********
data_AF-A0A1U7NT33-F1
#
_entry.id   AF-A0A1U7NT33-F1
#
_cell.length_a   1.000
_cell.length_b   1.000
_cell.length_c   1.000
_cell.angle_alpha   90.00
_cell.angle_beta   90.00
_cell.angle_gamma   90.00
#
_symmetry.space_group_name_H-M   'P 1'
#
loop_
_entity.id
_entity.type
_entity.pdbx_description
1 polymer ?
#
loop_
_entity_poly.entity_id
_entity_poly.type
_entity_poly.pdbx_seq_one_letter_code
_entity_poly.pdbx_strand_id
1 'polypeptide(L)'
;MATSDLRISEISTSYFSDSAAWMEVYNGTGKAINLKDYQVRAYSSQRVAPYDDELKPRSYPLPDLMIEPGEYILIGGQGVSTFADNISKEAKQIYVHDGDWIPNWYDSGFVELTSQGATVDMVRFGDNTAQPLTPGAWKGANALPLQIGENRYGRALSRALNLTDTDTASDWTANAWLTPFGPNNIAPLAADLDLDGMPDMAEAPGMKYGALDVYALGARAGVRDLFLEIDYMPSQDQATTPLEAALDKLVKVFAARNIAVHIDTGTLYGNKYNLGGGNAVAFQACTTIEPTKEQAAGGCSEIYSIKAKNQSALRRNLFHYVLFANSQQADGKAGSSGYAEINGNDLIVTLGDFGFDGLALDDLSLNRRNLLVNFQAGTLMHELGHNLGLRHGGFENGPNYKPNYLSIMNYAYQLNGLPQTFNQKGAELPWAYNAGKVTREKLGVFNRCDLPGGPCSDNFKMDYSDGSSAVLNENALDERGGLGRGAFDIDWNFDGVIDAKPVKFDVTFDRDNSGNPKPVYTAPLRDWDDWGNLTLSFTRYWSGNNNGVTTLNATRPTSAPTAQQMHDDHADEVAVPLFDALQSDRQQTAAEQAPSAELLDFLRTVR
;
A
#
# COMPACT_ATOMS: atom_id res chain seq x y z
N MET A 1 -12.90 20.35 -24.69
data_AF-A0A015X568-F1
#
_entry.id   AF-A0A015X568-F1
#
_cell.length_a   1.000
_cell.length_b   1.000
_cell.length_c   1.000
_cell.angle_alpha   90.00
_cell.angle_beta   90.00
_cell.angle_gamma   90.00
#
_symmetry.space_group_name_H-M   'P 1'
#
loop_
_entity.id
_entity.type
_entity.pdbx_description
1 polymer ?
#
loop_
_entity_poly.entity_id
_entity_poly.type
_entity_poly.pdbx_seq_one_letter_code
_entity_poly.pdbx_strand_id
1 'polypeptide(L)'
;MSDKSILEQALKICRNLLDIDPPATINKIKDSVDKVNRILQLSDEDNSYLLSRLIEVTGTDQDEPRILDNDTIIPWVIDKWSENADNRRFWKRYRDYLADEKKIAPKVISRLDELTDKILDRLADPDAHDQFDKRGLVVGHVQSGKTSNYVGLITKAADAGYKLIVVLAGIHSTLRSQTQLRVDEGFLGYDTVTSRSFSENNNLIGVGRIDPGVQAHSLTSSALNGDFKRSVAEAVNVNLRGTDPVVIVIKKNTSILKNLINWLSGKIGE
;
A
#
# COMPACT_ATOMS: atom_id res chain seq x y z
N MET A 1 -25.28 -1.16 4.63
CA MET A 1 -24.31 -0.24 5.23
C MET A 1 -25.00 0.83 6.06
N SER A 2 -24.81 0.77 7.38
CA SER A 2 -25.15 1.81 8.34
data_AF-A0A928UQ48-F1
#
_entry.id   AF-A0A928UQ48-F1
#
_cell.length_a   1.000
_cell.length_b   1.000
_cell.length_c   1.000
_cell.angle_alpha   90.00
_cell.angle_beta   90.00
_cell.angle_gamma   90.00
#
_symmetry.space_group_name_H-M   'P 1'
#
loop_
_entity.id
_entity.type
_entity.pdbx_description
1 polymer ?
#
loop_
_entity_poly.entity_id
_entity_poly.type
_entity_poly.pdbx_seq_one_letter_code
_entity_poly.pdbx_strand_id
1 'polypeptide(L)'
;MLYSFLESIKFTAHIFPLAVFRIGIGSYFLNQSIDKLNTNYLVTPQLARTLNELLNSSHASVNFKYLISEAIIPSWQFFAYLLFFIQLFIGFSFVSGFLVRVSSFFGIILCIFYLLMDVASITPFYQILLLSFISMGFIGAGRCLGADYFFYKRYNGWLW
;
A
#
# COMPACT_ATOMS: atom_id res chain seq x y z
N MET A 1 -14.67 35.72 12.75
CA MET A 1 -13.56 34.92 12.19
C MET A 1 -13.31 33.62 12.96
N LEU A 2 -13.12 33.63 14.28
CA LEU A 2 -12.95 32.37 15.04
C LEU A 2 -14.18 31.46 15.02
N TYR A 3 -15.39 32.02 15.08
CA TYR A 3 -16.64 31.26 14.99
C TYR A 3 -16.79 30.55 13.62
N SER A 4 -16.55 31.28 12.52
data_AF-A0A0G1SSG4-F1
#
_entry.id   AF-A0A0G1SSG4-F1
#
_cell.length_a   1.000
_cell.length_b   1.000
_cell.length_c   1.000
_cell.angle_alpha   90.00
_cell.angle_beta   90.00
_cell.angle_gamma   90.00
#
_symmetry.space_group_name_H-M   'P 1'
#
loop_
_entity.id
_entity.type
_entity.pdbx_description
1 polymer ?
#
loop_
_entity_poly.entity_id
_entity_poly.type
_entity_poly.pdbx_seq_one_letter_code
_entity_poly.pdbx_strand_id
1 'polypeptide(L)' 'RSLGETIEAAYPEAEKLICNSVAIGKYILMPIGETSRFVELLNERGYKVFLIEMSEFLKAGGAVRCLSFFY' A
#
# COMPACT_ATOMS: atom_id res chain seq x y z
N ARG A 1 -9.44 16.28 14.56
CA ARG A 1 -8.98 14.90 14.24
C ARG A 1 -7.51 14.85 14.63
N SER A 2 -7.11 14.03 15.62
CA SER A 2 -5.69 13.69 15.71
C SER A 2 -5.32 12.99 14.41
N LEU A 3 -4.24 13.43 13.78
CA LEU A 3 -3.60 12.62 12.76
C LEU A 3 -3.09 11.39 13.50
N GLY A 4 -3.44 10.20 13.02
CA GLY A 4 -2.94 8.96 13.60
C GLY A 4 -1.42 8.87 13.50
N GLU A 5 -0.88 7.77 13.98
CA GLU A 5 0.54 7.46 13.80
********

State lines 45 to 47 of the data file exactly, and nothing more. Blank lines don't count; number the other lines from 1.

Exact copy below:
loop_
_entity.id
_entity.type